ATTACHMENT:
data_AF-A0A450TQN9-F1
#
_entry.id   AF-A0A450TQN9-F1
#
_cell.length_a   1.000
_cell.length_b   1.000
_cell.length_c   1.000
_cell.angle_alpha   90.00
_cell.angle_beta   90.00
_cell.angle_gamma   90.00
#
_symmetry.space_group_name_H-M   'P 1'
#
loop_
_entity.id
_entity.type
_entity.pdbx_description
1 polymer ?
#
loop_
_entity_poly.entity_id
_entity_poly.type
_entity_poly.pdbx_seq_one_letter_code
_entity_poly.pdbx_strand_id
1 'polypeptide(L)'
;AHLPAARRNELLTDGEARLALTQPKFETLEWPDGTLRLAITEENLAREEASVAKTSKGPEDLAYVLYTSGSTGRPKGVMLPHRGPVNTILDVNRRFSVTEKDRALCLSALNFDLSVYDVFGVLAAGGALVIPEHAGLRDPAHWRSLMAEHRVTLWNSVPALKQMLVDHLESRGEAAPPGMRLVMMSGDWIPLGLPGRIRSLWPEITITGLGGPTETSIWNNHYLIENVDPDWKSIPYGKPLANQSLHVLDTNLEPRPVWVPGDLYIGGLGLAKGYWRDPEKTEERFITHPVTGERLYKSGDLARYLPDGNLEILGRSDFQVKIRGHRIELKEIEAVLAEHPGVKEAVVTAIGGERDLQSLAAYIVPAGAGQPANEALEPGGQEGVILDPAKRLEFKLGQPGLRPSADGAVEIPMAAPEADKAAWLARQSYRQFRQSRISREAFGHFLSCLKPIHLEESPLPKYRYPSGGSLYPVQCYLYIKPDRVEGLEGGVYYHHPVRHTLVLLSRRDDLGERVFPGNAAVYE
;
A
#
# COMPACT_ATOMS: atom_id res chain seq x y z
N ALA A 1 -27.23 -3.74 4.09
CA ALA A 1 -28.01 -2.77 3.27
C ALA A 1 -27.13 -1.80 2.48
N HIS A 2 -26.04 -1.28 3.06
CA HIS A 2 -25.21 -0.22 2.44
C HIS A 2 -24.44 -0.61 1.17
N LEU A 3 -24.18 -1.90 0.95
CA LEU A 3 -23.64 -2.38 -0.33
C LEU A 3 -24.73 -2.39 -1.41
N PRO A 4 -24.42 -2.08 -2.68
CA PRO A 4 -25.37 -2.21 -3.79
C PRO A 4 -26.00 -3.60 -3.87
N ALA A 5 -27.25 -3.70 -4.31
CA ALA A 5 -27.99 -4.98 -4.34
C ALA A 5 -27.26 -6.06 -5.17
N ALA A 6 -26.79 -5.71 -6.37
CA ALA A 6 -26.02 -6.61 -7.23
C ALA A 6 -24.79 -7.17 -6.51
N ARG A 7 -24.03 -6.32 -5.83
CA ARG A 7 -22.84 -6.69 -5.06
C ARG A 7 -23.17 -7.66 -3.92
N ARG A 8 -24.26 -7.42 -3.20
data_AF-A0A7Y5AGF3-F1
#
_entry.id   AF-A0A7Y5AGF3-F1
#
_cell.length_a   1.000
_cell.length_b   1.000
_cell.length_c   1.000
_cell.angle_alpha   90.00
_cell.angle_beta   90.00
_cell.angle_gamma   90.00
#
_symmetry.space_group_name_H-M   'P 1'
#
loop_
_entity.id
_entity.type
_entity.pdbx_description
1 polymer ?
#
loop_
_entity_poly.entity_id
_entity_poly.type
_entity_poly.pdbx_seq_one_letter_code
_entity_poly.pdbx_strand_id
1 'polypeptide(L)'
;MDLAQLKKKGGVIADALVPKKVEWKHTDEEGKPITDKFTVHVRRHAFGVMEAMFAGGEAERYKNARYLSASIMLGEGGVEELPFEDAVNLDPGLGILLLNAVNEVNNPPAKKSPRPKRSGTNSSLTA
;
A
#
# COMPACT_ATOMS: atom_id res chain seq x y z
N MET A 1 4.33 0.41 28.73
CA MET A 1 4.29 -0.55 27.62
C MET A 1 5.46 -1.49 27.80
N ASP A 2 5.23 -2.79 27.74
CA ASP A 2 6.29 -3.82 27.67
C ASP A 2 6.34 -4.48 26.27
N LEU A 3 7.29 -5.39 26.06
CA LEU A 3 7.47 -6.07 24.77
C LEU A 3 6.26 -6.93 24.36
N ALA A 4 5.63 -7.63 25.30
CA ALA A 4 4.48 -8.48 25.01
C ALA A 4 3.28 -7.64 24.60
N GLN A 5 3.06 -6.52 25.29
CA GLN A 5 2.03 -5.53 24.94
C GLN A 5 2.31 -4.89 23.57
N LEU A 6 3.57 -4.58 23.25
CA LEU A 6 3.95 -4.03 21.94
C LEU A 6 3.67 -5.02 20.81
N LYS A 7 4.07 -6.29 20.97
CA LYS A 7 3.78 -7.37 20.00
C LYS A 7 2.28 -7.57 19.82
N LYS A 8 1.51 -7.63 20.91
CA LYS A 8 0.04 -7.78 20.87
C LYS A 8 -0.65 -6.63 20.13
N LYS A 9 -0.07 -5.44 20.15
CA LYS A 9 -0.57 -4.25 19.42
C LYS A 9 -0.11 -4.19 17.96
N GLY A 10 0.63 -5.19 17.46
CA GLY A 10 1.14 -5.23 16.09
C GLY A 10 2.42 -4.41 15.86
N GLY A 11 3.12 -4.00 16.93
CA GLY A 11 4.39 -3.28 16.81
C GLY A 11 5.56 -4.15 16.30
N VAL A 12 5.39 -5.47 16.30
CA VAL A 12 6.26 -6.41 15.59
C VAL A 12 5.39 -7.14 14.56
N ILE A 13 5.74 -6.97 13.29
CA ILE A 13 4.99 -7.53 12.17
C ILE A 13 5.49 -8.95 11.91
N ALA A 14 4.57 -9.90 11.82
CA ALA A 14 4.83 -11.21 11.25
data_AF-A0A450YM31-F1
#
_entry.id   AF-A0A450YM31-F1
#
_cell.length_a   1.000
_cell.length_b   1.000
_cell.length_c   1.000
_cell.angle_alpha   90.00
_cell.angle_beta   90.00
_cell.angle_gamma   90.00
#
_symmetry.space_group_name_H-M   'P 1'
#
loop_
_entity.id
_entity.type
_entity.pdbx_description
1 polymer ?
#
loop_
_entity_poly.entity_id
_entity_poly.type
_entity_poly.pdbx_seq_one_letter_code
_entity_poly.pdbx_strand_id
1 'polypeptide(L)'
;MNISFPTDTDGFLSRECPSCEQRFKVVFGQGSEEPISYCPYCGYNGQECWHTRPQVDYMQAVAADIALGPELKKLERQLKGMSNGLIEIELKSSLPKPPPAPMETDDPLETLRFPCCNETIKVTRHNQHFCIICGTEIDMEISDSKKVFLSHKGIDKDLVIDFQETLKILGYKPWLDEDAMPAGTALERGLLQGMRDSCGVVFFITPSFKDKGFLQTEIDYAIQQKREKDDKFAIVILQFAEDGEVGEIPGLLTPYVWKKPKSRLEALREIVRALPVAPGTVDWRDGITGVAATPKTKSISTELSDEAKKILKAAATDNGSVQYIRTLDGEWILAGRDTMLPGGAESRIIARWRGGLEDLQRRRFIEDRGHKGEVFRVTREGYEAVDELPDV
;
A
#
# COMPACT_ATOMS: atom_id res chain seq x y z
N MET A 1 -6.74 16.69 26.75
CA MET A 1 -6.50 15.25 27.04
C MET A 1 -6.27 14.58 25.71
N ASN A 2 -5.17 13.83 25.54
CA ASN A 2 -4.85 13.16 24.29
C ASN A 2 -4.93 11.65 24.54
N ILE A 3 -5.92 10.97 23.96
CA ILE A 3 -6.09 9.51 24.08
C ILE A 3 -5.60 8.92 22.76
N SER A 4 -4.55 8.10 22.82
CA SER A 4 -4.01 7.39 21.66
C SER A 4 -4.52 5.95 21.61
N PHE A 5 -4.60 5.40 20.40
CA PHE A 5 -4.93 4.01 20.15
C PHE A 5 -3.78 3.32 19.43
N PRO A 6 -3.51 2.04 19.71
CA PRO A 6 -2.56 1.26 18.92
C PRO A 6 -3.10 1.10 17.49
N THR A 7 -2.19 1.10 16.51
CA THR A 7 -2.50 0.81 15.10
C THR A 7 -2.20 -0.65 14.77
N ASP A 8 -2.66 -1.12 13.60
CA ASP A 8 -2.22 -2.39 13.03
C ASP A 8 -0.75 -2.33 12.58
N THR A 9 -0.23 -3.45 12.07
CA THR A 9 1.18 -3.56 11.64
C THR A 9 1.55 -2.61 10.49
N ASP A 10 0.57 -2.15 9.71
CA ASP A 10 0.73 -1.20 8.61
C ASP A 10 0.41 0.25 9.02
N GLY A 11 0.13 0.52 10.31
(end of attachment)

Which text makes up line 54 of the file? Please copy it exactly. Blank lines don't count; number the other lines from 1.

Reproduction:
#